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This one is a long shot, I'll admit.

The French nineteenth century chemist Boussingault - who later became quite famous - went as a young man to what would become Ecuador in the early 1820's. Very much in passing, he raved about the bread. This at a time when French bread was often criticized and had not yet gone through a change that would be helped by the arrival of Austrian techniques. So naturally I'm more than a bit more curious what was different about South American bread, or at least bread in that region, at the time. One would expect that, if anything, it would have been cruder.

Were they using some other European technique? Or maybe some local method that was the equivalent to yeast (as opposed to sourdough leavening)? (Not impossible - the ancient Gauls used yeast - "beer foam" - in bread centuries before it returned to French baking.)

And is bread-baking today largely derived from Spanish techniques, or some version of the French? Is there a distinct moment when it changed, either in specific countries or throughout the region? (Argentina, for instance, I would imagine was influenced by the Italians and Germans, at the least.)

I'm not under-estimating the rarity of all this information - even hard facts on French baking of the period are spotty. But maybe a more fluent Spanish speaker might spot something on the Spanish Google Print, or in another on-line repository of Spanish-language books? Or even (oh joy) be a bread historian themselves?

Thanks for any help.

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I don't know much about it, but certainly know someone that probably does. Rachel Laudan, who posts here as "caroline," is a food historian currently living and working in Mexico. I'd suggest you pm her.

And here's a link to her blog: Rachel Laudan

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Thanks for the link. We've corresponded but with no result so far.

It occurred to me it might be useful to quote Boussingault's comment, in describing his first days in Quito:

We were served and well served by Indian women. The food, very copious, consisted in meat from the haciendas, a very white bread such as is not made in Europe, numerous vegetables, jams, cheeses, and, for drink, clear water.

Boussingault, Memoires

What is frustrating here is that by the time he wrote these, Boussingault was known not only as a chemist, but a chemist who made important contributions to bread-making. So he was unusually well-qualified to describe how the bread was made. Further, when he had left France, its bread was still being criticized (after being praised in previous times), but by the time he was writing the arrival of August Zang and Viennese baking techniques had transformed it. Did he find the Ecuadorian bread whiter (which for the French long meant better) than the later bread as well?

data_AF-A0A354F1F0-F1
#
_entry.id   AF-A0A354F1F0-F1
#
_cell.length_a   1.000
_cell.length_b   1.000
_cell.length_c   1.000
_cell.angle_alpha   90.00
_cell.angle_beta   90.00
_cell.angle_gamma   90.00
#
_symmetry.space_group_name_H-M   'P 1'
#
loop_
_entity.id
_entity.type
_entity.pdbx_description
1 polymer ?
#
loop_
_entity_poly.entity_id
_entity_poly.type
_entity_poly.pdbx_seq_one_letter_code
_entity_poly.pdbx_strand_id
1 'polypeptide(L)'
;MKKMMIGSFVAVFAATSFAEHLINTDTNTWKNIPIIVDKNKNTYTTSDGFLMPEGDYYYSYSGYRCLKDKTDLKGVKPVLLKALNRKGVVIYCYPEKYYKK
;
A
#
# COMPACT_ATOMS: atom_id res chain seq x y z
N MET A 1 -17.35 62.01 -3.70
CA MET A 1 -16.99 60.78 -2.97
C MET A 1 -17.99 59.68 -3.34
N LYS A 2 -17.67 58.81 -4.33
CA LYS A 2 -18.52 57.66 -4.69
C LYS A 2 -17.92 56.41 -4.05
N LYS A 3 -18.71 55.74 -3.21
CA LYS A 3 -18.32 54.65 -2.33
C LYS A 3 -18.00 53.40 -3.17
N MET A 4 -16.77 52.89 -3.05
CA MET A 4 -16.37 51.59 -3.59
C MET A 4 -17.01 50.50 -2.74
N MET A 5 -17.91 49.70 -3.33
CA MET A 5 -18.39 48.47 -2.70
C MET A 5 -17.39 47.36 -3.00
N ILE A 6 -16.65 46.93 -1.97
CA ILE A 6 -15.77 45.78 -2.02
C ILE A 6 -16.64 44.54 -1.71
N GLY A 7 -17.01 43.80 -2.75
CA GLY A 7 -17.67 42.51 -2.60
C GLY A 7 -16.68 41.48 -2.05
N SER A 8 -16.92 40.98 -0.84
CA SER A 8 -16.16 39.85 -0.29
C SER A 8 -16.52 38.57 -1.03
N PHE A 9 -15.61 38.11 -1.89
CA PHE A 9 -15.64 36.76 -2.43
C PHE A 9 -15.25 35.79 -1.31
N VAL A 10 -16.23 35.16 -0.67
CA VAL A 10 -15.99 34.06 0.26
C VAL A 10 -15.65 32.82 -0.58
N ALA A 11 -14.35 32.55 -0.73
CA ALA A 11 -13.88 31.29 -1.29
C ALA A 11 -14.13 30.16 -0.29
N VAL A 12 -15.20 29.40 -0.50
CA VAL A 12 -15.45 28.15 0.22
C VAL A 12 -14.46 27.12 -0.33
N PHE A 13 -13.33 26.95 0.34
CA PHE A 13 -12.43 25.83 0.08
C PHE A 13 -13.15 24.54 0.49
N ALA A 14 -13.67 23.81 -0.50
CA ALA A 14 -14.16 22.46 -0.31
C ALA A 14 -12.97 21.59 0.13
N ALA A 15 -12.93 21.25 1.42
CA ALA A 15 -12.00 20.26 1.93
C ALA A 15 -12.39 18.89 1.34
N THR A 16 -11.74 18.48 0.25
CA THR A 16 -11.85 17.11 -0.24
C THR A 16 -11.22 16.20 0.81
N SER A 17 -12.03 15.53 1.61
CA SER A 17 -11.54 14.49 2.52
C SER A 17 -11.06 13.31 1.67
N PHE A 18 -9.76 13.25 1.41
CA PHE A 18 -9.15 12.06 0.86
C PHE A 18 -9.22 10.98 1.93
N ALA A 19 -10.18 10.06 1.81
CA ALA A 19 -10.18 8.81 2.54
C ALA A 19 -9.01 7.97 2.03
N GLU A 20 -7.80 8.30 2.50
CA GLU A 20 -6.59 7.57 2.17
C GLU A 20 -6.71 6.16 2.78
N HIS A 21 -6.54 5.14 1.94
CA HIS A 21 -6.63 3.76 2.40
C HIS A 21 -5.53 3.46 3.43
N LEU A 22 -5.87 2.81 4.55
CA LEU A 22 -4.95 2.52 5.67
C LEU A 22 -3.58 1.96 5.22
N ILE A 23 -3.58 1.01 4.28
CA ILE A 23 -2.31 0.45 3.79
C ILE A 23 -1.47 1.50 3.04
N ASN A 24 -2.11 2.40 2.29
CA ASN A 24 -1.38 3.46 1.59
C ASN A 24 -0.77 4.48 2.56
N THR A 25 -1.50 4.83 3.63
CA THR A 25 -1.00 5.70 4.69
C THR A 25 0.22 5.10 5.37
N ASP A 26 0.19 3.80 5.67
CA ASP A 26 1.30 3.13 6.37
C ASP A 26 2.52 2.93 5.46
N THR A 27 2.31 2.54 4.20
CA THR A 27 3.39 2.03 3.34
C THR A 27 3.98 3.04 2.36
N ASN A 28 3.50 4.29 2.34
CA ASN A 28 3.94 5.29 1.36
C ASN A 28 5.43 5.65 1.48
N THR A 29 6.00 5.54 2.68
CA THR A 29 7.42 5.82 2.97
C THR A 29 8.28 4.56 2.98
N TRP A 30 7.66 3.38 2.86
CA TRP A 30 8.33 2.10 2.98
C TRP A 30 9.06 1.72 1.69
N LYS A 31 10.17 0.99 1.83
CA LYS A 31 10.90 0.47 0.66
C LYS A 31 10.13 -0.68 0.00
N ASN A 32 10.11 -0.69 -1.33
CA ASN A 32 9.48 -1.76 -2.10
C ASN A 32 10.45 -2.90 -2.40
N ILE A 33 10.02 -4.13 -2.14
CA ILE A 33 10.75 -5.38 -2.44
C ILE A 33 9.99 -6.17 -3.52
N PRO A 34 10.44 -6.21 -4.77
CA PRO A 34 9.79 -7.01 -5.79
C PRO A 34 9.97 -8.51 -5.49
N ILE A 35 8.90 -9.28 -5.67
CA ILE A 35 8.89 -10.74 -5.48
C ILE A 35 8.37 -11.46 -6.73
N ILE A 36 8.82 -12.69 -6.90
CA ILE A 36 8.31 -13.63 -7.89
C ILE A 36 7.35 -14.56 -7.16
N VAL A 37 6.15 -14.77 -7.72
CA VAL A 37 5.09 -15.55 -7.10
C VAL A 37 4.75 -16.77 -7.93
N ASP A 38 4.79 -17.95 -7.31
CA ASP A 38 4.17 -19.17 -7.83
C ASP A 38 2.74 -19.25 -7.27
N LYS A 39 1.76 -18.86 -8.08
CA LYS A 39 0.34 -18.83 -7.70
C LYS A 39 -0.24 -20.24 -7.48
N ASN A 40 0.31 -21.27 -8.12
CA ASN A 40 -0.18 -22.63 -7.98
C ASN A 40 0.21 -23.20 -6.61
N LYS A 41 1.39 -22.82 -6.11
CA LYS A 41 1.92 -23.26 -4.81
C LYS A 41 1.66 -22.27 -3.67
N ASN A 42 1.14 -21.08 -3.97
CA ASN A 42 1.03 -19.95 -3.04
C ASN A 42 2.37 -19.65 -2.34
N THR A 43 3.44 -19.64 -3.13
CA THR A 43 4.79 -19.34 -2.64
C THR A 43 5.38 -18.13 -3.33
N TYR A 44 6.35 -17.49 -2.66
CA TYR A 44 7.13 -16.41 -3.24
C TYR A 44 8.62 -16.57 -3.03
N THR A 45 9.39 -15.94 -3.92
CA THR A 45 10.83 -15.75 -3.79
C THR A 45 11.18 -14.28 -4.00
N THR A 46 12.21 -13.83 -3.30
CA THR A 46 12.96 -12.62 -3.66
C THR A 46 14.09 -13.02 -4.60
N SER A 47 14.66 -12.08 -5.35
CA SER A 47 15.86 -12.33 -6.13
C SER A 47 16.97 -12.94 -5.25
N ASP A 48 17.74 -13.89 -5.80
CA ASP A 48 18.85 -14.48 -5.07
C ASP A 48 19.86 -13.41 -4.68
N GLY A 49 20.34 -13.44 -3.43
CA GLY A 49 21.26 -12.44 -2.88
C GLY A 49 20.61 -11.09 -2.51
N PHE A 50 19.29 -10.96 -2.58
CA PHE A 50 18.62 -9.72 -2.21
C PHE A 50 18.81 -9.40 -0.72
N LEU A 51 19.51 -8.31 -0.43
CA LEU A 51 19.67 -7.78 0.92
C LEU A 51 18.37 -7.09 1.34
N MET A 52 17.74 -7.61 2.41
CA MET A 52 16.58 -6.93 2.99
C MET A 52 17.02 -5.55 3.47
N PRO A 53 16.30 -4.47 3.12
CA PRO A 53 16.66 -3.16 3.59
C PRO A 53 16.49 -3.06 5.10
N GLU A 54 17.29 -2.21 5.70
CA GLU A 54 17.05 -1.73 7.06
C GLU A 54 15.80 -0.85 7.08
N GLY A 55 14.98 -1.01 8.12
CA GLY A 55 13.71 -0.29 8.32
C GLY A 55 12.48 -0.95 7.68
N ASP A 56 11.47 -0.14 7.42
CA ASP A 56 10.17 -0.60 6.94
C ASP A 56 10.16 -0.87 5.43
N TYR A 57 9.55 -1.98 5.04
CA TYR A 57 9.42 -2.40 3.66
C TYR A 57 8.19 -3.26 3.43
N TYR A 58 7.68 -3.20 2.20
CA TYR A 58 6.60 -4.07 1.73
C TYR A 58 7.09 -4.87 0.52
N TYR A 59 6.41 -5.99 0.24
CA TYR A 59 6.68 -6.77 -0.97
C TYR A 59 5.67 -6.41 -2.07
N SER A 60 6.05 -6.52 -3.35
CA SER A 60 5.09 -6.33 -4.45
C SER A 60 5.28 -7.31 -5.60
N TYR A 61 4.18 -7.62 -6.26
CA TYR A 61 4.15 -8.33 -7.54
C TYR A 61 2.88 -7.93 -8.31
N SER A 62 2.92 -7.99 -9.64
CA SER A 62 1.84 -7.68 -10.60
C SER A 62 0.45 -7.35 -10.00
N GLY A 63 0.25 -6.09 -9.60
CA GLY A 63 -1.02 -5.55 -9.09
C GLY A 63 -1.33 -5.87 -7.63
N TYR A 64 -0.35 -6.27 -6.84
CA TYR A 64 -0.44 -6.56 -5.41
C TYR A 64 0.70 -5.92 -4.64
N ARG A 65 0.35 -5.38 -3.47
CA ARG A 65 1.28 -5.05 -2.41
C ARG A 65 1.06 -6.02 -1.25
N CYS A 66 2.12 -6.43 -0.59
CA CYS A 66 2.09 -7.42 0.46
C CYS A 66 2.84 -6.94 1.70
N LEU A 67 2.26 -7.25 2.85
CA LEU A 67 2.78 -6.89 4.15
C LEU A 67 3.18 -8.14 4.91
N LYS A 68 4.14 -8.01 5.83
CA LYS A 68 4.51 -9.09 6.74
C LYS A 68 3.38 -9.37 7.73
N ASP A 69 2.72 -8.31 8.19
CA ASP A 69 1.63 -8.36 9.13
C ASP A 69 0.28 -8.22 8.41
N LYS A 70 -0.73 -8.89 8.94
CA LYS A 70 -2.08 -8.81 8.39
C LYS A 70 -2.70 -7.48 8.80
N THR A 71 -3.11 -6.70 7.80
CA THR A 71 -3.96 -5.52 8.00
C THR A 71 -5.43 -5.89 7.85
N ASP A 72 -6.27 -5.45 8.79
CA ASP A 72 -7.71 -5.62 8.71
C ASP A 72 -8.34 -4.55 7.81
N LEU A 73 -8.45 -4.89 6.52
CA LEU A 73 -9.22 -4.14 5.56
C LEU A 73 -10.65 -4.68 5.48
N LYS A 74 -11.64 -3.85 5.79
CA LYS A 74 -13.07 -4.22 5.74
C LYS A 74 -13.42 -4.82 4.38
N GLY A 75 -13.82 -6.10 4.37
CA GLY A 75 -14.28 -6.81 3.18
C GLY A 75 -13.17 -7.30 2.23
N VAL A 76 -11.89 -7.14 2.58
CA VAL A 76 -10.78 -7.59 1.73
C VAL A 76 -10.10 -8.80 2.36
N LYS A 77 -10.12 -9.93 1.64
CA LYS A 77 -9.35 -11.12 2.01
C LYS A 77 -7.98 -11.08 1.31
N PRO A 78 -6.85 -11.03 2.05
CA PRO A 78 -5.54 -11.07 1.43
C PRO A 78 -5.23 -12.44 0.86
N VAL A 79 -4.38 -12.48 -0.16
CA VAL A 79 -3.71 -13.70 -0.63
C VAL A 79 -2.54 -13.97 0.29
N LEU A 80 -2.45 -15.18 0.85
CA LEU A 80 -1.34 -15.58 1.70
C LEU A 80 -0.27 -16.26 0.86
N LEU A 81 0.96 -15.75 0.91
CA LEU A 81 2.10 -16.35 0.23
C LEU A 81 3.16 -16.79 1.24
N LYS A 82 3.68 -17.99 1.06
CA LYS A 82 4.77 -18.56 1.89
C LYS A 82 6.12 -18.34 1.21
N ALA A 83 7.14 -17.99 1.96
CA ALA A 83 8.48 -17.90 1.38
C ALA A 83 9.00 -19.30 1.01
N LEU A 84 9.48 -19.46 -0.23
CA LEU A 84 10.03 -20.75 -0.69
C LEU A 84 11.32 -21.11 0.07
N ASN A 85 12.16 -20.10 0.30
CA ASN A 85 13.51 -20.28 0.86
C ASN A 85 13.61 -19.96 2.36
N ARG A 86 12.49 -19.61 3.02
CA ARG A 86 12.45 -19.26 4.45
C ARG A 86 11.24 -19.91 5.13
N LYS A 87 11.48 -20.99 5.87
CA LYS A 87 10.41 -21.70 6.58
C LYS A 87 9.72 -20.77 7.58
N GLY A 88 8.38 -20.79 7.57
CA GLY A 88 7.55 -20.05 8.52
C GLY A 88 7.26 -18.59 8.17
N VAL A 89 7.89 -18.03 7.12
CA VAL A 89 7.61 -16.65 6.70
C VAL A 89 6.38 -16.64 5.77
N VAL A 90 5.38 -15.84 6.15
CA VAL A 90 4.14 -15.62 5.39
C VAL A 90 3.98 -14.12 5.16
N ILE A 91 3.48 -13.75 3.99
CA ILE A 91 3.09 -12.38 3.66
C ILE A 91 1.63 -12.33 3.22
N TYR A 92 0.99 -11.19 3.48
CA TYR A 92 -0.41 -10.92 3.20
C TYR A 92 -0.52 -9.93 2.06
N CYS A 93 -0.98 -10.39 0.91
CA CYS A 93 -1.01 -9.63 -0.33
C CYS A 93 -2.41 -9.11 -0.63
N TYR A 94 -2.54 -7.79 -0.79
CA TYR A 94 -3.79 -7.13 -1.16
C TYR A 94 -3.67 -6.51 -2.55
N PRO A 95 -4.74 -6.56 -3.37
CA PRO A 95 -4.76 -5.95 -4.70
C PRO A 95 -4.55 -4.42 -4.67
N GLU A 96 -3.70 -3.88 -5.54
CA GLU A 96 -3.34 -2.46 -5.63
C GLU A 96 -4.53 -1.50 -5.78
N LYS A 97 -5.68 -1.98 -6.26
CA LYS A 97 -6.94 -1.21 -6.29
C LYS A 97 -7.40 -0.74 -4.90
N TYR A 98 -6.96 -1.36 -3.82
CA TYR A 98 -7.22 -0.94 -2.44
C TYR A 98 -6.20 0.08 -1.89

I'm very dubious about finding hard data on all this. But if in fact a Spanish colony was making bread better than one of the more cultured countries in Europe, it would be very interesting to know how. My own guess is that, though the French had been using milk and yeast for a while in the finer breads, something about the leavening, and perhaps the milling, made it better.


Edited by chezjim (log)

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Hmmm.... Here's an intriguing - if not necessarily appetizing - note that might have some relevance here:

Fue práctica seguida en toda América, la masticación de algunos granos de maíz para echar a la masa o grano triturado, con el objeto de acelerar el proceso de fermentación. El padre Acosta, después de describir la azua hecha con granos germinados, llamada sena, y antes de refenirse a la que se hacía de maíz tostado que no embriagaba tanto, dice: "Otro modo de hacer el azua o chicha es mascando el maiz y haciendo levadura de lo que así se masca, y después cocido; y aun es opinión de indios que, para hacer buena levadura, se ha de mascar por viejas podridas, que aun oillo pone asco, y ellos no lo tienen de beber aquel vino" (Acosta, 1954, 110). Los oninoqueses, en cambio, preferían para este menester indias jóvenes (Gilij, 1965, II, 243-244).

Historia de la Cultura Material en la América Equinoccial (Tomo 1)

Alimentación y alimentos

Víctor Manuel Patiño

BEBIDAS HECHAS DE SEMILLAS

In a word, this describes Indians chewing corn to produce a fermented mass which was then used to make yeast. It's not clear (to me at least) if this was only part of making chicha (a drink) or if the yeast was for more general use. But certainly, just as the Gauls skimmed "foam" off beer to use in bread, it might well be that this chewed and spitted yeast was what made Quito's bread so white (and Boussingault reluctant to go into details?)

Suggestive, at least, if not at all decisive.

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Here's the source text, as translated in the fifteenth century:

There is another maner of making this Acua or Chicha, which is to champe the mays, and make a leven thereof, and then boile it; yea the Indians holde opinion, that to make good leven, it must bee champed by old withered women, which makes a man sicke to heare, and yet they doe drink it.

Natural and Moral History of the East and West Indies